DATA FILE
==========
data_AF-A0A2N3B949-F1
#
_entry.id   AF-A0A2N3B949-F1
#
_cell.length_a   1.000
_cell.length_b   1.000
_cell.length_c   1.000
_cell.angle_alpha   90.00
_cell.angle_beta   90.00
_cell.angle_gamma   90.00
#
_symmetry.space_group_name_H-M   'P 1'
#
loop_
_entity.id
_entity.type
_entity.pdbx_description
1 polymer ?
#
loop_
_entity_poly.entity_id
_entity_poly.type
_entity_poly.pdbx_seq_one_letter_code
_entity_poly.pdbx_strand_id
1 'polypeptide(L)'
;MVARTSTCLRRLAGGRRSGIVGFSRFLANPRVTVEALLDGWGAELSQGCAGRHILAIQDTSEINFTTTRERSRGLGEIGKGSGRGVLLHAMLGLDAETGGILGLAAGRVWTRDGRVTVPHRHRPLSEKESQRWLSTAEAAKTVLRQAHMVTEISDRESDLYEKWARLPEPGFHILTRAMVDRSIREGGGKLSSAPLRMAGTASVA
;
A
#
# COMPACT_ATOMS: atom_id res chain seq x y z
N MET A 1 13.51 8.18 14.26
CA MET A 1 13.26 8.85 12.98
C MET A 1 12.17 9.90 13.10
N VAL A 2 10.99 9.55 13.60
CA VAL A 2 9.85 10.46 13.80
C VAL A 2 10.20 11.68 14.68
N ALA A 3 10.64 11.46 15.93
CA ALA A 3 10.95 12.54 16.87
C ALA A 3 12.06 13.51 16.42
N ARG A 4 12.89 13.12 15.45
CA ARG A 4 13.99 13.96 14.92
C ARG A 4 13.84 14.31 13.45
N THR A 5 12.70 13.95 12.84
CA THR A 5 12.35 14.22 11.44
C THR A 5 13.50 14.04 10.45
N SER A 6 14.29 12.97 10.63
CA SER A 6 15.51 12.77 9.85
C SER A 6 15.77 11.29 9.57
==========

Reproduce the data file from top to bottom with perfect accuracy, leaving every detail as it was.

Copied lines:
data_AF-A0A2N3B949-F1
#
_entry.id   AF-A0A2N3B949-F1
#
_cell.length_a   1.000
_cell.length_b   1.000
_cell.length_c   1.000
_cell.angle_alpha   90.00
_cell.angle_beta   90.00
_cell.angle_gamma   90.00
#
_symmetry.space_group_name_H-M   'P 1'
#
loop_
_entity.id
_entity.type
_entity.pdbx_description
1 polymer ?
#
loop_
_entity_poly.entity_id
_entity_poly.type
_entity_poly.pdbx_seq_one_letter_code
_entity_poly.pdbx_strand_id
1 'polypeptide(L)'
;MVARTSTCLRRLAGGRRSGIVGFSRFLANPRVTVEALLDGWGAELSQGCAGRHILAIQDTSEINFTTTRERSRGLGEIGKGSGRGVLLHAMLGLDAETGGILGLAAGRVWTRDGRVTVPHRHRPLSEKESQRWLSTAEAAKTVLRQAHMVTEISDRESDLYEKWARLPEPGFHILTRAMVDRSIREGGGKLSSAPLRMAGTASVA
;
A
#
# COMPACT_ATOMS: atom_id res chain seq x y z
N MET A 1 13.51 8.18 14.26
CA MET A 1 13.26 8.85 12.98
C MET A 1 12.17 9.90 13.10
N VAL A 2 10.99 9.55 13.60
CA VAL A 2 9.85 10.46 13.80
C VAL A 2 10.20 11.68 14.68
N ALA A 3 10.64 11.46 15.93
CA ALA A 3 10.95 12.54 16.87
C ALA A 3 12.06 13.51 16.42
N ARG A 4 12.89 13.12 15.45
CA ARG A 4 13.99 13.96 14.92
C ARG A 4 13.84 14.31 13.45
N THR A 5 12.70 13.95 12.84
CA THR A 5 12.35 14.22 11.44
C THR A 5 13.50 14.04 10.45
N SER A 6 14.29 12.97 10.63
CA SER A 6 15.51 12.77 9.85
C SER A 6 15.77 11.29 9.57